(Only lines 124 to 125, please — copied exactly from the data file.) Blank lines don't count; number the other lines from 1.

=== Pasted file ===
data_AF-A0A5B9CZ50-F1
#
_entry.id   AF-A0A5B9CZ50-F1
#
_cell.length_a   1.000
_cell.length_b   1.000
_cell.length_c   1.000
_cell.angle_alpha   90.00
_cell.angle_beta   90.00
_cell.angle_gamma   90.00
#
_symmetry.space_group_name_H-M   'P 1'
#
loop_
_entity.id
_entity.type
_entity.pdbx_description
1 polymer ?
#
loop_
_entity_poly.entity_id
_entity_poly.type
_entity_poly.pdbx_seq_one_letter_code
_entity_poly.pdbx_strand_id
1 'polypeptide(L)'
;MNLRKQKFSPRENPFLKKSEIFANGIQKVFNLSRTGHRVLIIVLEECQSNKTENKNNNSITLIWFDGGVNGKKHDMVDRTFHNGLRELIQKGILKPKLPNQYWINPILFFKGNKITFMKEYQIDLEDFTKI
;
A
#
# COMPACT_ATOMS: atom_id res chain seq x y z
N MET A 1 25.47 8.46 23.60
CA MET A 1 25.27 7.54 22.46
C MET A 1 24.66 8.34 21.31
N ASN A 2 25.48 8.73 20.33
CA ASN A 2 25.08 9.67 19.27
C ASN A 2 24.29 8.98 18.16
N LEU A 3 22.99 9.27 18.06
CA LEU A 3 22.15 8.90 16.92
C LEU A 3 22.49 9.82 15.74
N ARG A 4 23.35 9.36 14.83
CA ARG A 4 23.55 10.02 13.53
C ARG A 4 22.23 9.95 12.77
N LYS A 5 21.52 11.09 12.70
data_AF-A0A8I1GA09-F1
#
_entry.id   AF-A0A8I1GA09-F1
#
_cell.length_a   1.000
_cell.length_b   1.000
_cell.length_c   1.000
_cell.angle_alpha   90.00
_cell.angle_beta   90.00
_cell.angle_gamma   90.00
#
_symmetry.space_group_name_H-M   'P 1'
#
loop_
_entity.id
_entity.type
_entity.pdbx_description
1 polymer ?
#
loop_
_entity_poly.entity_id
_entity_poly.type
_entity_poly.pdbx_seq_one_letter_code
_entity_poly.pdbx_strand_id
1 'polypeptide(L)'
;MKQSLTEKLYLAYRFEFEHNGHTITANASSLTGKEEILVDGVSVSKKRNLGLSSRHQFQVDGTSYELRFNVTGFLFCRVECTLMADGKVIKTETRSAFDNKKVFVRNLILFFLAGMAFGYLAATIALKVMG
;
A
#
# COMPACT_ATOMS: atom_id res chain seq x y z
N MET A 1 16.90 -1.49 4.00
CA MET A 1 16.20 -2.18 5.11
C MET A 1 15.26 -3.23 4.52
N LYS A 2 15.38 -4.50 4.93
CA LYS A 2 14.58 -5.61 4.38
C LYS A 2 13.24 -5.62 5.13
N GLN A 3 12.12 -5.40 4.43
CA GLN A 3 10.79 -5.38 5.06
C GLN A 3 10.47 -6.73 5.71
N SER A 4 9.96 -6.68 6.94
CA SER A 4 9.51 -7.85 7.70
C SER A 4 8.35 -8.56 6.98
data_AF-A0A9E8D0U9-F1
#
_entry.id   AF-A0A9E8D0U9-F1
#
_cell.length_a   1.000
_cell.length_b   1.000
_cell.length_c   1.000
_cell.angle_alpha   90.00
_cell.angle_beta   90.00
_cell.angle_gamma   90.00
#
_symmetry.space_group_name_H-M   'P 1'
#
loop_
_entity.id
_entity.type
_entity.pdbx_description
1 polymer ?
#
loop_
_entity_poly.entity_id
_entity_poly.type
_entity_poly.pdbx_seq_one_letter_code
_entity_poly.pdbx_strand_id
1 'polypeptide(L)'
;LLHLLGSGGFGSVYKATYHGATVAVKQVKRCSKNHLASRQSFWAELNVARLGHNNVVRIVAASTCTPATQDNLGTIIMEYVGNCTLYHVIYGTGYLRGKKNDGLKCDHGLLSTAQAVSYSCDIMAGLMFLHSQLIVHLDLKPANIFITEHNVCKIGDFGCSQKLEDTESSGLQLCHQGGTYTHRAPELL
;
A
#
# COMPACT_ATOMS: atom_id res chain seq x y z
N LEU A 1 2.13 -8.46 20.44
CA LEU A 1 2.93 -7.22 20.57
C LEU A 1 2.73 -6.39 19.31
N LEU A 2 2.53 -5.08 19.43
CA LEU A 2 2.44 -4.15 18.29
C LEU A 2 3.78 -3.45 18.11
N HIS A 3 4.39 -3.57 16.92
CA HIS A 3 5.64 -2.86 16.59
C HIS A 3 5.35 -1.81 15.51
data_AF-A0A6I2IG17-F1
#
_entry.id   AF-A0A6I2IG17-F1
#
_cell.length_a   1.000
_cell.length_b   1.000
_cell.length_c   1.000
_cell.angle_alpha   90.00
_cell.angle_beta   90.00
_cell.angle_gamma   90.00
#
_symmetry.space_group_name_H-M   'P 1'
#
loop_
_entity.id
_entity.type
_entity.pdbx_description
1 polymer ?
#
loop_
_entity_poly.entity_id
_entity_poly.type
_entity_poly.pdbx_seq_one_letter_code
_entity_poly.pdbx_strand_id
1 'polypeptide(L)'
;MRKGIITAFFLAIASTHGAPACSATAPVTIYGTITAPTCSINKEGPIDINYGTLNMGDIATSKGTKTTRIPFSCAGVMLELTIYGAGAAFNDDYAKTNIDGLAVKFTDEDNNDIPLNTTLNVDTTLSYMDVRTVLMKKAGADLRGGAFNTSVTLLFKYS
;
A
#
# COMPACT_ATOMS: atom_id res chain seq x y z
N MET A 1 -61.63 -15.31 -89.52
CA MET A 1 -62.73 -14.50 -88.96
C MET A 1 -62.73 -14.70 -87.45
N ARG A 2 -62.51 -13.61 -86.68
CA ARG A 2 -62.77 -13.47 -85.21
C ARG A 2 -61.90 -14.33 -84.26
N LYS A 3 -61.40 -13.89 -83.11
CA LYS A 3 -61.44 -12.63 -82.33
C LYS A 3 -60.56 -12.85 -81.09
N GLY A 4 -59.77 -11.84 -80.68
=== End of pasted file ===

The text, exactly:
C HIS A 3 5.35 -1.81 15.51
data_AF-A0A6I2IG17-F1